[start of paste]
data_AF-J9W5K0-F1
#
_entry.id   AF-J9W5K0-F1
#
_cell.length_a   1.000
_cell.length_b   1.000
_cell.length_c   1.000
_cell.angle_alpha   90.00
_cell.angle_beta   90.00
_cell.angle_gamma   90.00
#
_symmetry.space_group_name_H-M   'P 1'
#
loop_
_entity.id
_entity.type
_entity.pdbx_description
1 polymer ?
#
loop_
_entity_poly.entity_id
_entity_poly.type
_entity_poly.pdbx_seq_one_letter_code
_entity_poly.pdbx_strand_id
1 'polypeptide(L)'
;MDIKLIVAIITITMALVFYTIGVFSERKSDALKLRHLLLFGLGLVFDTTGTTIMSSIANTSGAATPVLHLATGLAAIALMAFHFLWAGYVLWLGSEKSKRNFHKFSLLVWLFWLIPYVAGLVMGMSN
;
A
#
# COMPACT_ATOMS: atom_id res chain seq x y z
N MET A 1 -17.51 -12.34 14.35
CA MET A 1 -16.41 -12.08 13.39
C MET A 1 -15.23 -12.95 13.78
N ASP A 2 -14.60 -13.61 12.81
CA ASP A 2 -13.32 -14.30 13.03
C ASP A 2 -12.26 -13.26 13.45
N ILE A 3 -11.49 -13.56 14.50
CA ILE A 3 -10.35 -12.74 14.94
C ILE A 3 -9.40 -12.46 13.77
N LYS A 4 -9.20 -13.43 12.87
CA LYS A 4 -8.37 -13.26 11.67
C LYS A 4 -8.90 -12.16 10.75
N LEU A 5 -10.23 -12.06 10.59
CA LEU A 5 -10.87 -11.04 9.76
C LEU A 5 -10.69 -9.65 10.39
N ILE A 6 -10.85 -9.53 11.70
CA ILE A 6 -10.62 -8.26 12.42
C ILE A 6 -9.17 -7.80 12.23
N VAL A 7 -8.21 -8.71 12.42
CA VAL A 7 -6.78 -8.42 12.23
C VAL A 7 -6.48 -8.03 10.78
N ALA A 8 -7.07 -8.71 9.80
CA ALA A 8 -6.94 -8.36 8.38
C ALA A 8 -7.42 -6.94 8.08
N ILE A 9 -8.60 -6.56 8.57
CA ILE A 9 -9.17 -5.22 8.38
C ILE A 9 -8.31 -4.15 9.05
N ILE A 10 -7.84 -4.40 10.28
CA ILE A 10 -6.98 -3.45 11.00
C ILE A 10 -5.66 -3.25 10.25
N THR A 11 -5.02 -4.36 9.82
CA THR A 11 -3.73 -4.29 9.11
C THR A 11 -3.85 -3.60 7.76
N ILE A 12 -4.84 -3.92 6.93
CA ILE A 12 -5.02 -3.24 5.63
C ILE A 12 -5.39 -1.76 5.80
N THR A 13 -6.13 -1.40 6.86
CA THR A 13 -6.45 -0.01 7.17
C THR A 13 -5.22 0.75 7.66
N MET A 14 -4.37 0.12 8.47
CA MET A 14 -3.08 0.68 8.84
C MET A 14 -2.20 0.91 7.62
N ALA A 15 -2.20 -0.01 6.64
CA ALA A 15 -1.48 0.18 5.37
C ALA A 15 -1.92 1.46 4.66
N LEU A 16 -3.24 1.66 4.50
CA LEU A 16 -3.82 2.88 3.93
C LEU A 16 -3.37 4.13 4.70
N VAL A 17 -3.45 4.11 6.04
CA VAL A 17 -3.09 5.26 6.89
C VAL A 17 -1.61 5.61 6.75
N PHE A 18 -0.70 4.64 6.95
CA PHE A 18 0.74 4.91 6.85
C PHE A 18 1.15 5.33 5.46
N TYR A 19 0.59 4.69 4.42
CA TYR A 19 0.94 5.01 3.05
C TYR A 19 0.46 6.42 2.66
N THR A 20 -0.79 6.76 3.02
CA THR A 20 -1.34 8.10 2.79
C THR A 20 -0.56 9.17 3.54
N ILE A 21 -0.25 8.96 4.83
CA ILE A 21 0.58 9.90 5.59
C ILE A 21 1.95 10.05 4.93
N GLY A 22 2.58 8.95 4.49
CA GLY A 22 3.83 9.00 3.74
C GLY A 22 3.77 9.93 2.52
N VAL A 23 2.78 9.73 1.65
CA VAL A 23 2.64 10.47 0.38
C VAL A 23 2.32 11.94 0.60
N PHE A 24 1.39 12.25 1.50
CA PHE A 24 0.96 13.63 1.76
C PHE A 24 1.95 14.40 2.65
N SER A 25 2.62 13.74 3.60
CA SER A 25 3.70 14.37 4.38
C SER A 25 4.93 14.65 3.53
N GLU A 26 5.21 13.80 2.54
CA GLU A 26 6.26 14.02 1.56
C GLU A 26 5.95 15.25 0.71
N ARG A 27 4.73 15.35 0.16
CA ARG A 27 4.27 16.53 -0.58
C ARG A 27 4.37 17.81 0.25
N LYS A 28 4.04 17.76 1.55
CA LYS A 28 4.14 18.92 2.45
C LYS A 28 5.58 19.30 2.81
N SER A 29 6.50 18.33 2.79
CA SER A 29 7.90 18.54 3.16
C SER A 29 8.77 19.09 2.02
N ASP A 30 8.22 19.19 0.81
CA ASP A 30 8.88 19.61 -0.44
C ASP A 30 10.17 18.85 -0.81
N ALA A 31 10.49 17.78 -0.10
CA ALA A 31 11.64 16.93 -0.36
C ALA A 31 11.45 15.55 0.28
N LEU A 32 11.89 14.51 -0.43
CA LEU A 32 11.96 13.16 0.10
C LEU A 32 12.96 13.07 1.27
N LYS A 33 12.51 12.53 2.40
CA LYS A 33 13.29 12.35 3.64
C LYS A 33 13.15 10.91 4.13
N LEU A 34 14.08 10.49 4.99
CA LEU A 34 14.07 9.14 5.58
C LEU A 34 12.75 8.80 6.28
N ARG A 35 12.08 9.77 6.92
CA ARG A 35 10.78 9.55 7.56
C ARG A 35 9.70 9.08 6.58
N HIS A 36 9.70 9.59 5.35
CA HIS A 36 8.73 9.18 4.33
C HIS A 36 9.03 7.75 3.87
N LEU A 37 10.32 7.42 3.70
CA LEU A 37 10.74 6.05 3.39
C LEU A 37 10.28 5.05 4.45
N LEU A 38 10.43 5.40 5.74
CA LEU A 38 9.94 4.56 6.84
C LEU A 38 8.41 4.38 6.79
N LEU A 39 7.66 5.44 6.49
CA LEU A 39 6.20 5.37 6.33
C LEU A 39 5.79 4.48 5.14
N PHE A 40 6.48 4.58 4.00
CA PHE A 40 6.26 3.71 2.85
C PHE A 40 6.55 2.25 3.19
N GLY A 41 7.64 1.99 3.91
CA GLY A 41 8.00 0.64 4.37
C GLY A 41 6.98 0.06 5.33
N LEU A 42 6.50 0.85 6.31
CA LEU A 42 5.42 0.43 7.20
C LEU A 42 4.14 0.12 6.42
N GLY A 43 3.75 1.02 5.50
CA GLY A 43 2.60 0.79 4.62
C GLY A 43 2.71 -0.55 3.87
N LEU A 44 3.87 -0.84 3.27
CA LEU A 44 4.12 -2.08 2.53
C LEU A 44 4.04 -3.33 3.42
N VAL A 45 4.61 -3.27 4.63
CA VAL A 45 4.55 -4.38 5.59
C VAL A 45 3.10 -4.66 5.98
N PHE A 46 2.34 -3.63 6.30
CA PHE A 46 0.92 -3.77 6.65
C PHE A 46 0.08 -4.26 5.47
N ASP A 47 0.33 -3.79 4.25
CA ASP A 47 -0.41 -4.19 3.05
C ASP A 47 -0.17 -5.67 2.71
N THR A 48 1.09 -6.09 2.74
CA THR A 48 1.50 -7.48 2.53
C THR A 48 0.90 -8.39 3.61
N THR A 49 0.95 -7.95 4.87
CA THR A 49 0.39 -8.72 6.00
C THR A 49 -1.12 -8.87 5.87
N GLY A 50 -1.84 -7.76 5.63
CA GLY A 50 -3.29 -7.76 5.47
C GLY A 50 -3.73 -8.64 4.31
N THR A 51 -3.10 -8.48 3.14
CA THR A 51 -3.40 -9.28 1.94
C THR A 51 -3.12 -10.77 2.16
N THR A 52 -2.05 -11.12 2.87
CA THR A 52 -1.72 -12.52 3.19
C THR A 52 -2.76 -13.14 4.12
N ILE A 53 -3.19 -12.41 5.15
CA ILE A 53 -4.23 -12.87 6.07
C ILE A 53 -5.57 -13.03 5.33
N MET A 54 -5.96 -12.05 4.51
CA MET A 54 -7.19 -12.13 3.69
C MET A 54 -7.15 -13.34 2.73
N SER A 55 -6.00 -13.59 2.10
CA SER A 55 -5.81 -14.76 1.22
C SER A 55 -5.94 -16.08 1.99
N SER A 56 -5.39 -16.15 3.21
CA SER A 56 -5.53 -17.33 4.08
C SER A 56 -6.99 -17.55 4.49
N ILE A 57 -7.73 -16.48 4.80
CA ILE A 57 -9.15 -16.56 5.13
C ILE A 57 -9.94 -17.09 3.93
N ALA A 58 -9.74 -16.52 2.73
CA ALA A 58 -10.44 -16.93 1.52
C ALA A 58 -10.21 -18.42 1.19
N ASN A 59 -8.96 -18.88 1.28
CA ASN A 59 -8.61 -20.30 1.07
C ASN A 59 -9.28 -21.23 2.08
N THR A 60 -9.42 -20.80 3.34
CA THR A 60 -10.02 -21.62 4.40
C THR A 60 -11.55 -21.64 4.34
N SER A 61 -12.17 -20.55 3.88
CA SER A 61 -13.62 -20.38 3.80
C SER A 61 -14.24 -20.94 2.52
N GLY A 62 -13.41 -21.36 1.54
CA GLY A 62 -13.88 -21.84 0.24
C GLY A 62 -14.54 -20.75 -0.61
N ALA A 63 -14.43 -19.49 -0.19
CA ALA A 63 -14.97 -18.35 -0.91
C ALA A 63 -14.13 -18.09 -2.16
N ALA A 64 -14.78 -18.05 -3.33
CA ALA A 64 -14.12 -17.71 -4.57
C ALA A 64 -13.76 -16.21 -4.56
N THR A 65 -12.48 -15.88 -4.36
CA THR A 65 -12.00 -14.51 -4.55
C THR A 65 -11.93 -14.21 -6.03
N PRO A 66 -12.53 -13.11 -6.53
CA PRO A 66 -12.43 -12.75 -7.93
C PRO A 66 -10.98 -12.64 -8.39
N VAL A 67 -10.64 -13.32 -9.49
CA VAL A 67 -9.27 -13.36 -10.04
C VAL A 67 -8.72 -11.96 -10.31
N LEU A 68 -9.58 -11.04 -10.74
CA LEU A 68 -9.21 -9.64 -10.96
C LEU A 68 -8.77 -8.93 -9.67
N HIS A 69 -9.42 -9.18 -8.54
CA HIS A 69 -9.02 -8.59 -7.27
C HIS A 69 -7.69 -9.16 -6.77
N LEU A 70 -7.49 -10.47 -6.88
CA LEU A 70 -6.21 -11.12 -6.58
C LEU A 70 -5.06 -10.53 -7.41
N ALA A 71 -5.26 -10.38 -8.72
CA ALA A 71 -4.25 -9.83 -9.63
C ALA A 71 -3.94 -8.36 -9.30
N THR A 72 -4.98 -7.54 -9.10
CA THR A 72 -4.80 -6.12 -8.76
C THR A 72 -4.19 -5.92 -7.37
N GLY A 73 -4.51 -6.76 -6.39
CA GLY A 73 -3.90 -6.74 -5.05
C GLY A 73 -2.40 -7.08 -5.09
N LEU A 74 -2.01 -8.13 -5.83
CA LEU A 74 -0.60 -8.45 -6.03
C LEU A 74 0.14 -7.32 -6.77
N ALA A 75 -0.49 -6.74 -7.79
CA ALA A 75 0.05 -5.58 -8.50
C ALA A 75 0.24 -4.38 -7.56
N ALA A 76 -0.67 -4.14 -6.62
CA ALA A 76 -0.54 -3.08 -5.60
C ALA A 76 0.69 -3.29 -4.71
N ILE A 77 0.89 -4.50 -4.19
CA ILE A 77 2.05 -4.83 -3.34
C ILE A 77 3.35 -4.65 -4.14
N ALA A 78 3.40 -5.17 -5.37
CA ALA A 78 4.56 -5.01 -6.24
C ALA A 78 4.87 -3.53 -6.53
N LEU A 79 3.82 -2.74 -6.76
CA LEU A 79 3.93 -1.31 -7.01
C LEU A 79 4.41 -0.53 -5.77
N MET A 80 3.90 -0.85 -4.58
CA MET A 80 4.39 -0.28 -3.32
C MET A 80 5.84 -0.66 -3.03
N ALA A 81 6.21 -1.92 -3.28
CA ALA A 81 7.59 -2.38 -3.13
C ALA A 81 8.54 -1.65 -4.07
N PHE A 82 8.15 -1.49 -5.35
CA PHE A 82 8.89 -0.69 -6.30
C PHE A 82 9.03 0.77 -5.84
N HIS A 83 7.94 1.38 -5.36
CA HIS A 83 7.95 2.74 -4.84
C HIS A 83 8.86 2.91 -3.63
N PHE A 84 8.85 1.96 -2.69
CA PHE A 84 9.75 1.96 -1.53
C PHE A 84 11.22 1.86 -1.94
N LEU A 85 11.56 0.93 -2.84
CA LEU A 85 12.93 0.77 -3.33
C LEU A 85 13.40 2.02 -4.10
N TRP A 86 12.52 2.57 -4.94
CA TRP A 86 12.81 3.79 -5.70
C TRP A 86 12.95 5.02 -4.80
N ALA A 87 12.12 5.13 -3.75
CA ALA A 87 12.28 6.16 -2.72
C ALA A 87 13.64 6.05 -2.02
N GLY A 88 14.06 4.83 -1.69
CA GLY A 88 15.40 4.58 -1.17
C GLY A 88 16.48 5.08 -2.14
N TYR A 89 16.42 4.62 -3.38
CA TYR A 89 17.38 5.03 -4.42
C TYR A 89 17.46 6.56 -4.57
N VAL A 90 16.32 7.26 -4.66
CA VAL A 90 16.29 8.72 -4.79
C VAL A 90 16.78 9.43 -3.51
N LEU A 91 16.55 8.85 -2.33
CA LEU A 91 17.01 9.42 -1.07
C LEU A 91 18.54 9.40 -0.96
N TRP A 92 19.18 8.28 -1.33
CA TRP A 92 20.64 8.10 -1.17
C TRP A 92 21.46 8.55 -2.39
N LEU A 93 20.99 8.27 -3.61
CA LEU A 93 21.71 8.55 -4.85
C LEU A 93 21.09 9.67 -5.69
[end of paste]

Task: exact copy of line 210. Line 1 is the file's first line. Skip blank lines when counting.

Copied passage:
C THR A 60 -11.55 -21.64 4.34